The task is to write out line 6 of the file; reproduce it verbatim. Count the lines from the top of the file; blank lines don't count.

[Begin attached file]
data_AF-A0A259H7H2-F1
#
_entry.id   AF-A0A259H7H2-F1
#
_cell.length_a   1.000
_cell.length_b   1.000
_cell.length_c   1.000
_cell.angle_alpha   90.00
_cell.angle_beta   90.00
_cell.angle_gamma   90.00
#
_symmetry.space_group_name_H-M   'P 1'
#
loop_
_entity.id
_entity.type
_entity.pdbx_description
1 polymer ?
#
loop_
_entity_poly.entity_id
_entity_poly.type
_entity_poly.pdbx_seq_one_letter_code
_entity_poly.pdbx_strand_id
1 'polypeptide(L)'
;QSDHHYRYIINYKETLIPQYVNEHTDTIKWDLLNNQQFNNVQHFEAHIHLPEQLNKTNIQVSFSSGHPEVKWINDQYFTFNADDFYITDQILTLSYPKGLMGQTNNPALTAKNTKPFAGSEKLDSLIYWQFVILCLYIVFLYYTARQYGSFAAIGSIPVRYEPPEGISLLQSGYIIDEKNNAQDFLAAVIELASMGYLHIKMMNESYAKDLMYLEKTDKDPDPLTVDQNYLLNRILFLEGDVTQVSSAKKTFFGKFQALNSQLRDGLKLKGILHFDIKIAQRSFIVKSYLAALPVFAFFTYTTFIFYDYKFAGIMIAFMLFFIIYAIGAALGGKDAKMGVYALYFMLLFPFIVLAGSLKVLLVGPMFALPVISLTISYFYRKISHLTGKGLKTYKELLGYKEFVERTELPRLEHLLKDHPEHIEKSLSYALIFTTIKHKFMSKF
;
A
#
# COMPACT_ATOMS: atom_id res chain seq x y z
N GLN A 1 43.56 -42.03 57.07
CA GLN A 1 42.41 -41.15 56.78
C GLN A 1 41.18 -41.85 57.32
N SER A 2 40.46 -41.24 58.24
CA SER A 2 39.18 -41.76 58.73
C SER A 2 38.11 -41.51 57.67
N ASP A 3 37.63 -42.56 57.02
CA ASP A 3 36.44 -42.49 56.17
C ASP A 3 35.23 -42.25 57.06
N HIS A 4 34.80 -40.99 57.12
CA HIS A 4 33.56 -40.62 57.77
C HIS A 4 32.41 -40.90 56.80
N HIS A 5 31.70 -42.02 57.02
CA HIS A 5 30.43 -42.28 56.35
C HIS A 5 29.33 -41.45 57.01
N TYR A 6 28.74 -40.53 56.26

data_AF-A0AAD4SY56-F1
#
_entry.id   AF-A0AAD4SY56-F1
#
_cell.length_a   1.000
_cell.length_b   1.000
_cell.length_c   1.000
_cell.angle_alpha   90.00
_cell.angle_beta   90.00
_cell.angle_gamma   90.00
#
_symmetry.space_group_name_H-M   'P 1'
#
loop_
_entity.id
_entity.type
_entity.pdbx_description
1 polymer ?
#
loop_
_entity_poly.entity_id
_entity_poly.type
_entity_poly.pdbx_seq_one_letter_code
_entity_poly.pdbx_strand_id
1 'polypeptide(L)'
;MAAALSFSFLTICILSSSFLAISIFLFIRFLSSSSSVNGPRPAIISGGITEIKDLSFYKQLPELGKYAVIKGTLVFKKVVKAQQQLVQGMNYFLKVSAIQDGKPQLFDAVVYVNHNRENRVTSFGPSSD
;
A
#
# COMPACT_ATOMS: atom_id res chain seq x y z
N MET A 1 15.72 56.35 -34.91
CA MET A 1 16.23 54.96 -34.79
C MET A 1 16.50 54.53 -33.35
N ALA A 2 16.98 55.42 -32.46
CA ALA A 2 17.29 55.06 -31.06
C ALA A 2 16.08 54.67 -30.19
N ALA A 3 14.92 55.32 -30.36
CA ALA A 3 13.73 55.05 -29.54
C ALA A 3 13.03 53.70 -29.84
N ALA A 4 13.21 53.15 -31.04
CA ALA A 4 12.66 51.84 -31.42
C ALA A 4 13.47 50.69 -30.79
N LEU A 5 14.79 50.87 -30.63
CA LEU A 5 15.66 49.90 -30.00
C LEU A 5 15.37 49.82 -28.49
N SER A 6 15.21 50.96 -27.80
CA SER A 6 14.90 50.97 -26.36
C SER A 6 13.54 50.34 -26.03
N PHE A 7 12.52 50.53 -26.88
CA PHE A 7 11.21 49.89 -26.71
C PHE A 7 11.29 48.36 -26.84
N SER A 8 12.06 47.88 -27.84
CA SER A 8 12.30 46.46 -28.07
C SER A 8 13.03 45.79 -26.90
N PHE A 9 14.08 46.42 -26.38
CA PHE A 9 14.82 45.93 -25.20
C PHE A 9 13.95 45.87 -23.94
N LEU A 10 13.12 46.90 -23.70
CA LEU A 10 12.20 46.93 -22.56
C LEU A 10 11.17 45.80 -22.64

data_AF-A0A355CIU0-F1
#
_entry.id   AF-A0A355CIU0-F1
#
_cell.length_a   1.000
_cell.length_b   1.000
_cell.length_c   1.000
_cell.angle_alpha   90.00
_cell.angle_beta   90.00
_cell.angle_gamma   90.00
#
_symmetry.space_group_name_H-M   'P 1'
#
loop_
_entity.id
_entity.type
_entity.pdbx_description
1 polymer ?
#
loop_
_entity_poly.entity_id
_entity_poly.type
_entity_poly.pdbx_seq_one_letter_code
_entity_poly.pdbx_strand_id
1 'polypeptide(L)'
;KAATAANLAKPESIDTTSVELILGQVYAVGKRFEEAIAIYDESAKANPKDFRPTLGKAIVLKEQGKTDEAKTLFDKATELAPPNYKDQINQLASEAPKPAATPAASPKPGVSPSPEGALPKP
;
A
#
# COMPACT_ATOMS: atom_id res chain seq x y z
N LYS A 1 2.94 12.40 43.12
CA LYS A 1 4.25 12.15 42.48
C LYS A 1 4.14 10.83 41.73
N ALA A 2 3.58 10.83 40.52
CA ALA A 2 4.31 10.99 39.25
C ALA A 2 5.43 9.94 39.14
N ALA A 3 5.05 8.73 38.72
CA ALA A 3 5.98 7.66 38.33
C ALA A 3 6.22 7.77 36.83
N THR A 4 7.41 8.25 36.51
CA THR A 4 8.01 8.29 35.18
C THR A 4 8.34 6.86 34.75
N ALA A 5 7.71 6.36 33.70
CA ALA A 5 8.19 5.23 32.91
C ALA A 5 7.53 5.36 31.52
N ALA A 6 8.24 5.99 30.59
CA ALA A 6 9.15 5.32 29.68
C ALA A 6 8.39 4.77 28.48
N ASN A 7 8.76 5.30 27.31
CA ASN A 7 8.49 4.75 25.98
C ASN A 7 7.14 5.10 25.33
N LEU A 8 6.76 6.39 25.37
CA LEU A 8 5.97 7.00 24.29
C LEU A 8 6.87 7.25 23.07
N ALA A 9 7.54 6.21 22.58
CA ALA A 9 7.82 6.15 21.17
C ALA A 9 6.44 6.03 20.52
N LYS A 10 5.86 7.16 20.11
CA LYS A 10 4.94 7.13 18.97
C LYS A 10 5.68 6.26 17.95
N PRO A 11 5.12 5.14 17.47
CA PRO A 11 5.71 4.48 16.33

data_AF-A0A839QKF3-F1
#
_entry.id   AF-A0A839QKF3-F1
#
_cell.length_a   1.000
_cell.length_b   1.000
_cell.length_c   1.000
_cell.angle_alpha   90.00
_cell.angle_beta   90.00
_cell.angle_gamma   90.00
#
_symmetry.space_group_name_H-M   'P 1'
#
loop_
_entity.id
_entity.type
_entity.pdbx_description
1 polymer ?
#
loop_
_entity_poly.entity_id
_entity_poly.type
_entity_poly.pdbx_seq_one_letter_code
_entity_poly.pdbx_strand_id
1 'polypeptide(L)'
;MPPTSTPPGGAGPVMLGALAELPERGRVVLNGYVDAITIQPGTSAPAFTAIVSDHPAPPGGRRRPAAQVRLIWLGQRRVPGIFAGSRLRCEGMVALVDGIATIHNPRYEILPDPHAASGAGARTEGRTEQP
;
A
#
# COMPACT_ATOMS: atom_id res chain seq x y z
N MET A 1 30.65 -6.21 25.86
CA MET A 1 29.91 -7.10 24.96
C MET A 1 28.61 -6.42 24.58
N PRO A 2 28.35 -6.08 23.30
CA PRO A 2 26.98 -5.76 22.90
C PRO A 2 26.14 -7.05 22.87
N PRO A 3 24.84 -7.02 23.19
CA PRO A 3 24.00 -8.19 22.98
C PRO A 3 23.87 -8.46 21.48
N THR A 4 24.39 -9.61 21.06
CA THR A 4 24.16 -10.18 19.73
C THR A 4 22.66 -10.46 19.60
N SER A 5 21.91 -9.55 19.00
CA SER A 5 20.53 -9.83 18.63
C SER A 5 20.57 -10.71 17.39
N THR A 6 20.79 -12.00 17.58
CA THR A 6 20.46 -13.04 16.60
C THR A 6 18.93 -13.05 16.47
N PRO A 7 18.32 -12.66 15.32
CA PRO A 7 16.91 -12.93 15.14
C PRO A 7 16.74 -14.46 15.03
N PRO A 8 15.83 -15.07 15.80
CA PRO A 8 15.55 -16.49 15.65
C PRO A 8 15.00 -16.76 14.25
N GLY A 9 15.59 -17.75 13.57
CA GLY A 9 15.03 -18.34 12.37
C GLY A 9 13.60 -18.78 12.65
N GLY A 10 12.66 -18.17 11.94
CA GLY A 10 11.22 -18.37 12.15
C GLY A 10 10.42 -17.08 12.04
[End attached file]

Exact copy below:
_cell.length_b   1.000